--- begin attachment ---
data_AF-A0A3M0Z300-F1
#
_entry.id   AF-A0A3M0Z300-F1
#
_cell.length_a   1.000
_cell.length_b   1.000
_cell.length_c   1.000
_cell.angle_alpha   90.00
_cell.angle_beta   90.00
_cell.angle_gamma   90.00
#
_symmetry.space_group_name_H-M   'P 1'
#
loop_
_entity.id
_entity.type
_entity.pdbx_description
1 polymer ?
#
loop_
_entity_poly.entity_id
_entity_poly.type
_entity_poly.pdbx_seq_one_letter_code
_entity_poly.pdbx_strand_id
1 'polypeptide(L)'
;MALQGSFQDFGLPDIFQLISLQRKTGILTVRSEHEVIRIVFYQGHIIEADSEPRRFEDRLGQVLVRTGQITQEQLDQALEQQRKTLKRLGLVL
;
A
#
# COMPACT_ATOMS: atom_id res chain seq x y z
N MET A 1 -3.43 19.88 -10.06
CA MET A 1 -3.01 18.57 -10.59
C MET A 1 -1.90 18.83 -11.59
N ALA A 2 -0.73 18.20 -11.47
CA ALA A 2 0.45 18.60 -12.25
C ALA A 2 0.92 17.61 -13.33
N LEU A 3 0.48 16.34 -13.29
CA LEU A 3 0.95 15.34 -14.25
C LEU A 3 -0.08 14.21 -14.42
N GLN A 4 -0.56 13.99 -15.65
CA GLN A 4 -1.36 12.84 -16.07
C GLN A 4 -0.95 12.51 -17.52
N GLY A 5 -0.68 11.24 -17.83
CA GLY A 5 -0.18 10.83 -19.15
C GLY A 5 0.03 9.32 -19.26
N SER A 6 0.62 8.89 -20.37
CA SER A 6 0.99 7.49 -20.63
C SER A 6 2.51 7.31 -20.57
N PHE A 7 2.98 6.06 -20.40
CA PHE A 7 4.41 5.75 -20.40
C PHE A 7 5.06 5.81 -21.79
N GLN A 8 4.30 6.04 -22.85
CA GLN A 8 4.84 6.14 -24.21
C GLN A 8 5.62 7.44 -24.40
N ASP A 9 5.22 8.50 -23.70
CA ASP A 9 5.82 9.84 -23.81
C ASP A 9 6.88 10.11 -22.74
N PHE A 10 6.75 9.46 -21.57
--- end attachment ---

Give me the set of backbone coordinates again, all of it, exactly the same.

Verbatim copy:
data_AF-A0A3M0Z300-F1
#
_entry.id   AF-A0A3M0Z300-F1
#
_cell.length_a   1.000
_cell.length_b   1.000
_cell.length_c   1.000
_cell.angle_alpha   90.00
_cell.angle_beta   90.00
_cell.angle_gamma   90.00
#
_symmetry.space_group_name_H-M   'P 1'
#
loop_
_entity.id
_entity.type
_entity.pdbx_description
1 polymer ?
#
loop_
_entity_poly.entity_id
_entity_poly.type
_entity_poly.pdbx_seq_one_letter_code
_entity_poly.pdbx_strand_id
1 'polypeptide(L)'
;MALQGSFQDFGLPDIFQLISLQRKTGILTVRSEHEVIRIVFYQGHIIEADSEPRRFEDRLGQVLVRTGQITQEQLDQALEQQRKTLKRLGLVL
;
A
#
# COMPACT_ATOMS: atom_id res chain seq x y z
N MET A 1 -3.43 19.88 -10.06
CA MET A 1 -3.01 18.57 -10.59
C MET A 1 -1.90 18.83 -11.59
N ALA A 2 -0.73 18.20 -11.47
CA ALA A 2 0.45 18.60 -12.25
C ALA A 2 0.92 17.61 -13.33
N LEU A 3 0.48 16.34 -13.29
CA LEU A 3 0.95 15.34 -14.25
C LEU A 3 -0.08 14.21 -14.42
N GLN A 4 -0.56 13.99 -15.65
CA GLN A 4 -1.36 12.84 -16.07
C GLN A 4 -0.95 12.51 -17.52
N GLY A 5 -0.68 11.24 -17.83
CA GLY A 5 -0.18 10.83 -19.15
C GLY A 5 0.03 9.32 -19.26
N SER A 6 0.62 8.89 -20.37
CA SER A 6 0.99 7.49 -20.63
C SER A 6 2.51 7.31 -20.57
N PHE A 7 2.98 6.06 -20.40
CA PHE A 7 4.41 5.75 -20.40
C PHE A 7 5.06 5.81 -21.79
N GLN A 8 4.30 6.04 -22.85
CA GLN A 8 4.84 6.14 -24.21
C GLN A 8 5.62 7.44 -24.40
N ASP A 9 5.22 8.50 -23.70
CA ASP A 9 5.82 9.84 -23.81
C ASP A 9 6.88 10.11 -22.74
N PHE A 10 6.75 9.46 -21.57